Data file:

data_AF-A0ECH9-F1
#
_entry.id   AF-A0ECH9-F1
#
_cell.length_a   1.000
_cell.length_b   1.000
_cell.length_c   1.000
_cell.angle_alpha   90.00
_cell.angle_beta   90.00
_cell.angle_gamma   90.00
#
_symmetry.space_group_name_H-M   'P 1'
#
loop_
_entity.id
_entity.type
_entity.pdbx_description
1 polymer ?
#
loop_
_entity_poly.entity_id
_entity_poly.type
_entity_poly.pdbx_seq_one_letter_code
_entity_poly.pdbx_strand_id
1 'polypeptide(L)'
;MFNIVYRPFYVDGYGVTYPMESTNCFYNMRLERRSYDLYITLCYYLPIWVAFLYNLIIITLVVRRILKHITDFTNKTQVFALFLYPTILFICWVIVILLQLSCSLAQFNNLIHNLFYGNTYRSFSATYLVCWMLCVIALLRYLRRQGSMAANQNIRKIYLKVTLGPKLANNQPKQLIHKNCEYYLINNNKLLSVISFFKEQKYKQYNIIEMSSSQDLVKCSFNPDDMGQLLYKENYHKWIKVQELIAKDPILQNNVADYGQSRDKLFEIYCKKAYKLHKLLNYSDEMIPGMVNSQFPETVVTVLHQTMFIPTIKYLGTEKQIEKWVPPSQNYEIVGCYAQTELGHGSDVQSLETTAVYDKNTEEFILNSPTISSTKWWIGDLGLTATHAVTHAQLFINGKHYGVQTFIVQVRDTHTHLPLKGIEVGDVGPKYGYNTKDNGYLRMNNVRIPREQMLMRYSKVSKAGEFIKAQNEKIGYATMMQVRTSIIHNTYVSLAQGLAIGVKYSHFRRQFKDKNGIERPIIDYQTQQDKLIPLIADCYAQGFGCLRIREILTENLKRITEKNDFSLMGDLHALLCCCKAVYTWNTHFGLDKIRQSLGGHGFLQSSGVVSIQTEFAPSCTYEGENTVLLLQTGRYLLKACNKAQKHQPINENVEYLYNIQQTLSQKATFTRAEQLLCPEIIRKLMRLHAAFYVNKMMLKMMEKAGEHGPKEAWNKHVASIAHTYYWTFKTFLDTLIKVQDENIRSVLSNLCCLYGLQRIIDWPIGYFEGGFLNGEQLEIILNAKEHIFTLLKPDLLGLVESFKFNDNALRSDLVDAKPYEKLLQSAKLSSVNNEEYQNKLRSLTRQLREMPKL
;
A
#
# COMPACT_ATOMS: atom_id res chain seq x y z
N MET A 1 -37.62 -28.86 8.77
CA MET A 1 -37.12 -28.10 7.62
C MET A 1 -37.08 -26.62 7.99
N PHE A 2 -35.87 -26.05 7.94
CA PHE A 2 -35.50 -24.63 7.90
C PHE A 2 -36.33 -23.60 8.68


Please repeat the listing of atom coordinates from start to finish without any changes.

data_AF-A0ECH9-F1
#
_entry.id   AF-A0ECH9-F1
#
_cell.length_a   1.000
_cell.length_b   1.000
_cell.length_c   1.000
_cell.angle_alpha   90.00
_cell.angle_beta   90.00
_cell.angle_gamma   90.00
#
_symmetry.space_group_name_H-M   'P 1'
#
loop_
_entity.id
_entity.type
_entity.pdbx_description
1 polymer ?
#
loop_
_entity_poly.entity_id
_entity_poly.type
_entity_poly.pdbx_seq_one_letter_code
_entity_poly.pdbx_strand_id
1 'polypeptide(L)'
;MFNIVYRPFYVDGYGVTYPMESTNCFYNMRLERRSYDLYITLCYYLPIWVAFLYNLIIITLVVRRILKHITDFTNKTQVFALFLYPTILFICWVIVILLQLSCSLAQFNNLIHNLFYGNTYRSFSATYLVCWMLCVIALLRYLRRQGSMAANQNIRKIYLKVTLGPKLANNQPKQLIHKNCEYYLINNNKLLSVISFFKEQKYKQYNIIEMSSSQDLVKCSFNPDDMGQLLYKENYHKWIKVQELIAKDPILQNNVADYGQSRDKLFEIYCKKAYKLHKLLNYSDEMIPGMVNSQFPETVVTVLHQTMFIPTIKYLGTEKQIEKWVPPSQNYEIVGCYAQTELGHGSDVQSLETTAVYDKNTEEFILNSPTISSTKWWIGDLGLTATHAVTHAQLFINGKHYGVQTFIVQVRDTHTHLPLKGIEVGDVGPKYGYNTKDNGYLRMNNVRIPREQMLMRYSKVSKAGEFIKAQNEKIGYATMMQVRTSIIHNTYVSLAQGLAIGVKYSHFRRQFKDKNGIERPIIDYQTQQDKLIPLIADCYAQGFGCLRIREILTENLKRITEKNDFSLMGDLHALLCCCKAVYTWNTHFGLDKIRQSLGGHGFLQSSGVVSIQTEFAPSCTYEGENTVLLLQTGRYLLKACNKAQKHQPINENVEYLYNIQQTLSQKATFTRAEQLLCPEIIRKLMRLHAAFYVNKMMLKMMEKAGEHGPKEAWNKHVASIAHTYYWTFKTFLDTLIKVQDENIRSVLSNLCCLYGLQRIIDWPIGYFEGGFLNGEQLEIILNAKEHIFTLLKPDLLGLVESFKFNDNALRSDLVDAKPYEKLLQSAKLSSVNNEEYQNKLRSLTRQLREMPKL
;
A
#
# COMPACT_ATOMS: atom_id res chain seq x y z
N MET A 1 -37.62 -28.86 8.77
CA MET A 1 -37.12 -28.10 7.62
C MET A 1 -37.08 -26.62 7.99
N PHE A 2 -35.87 -26.05 7.94
CA PHE A 2 -35.50 -24.63 7.90
C PHE A 2 -36.33 -23.60 8.68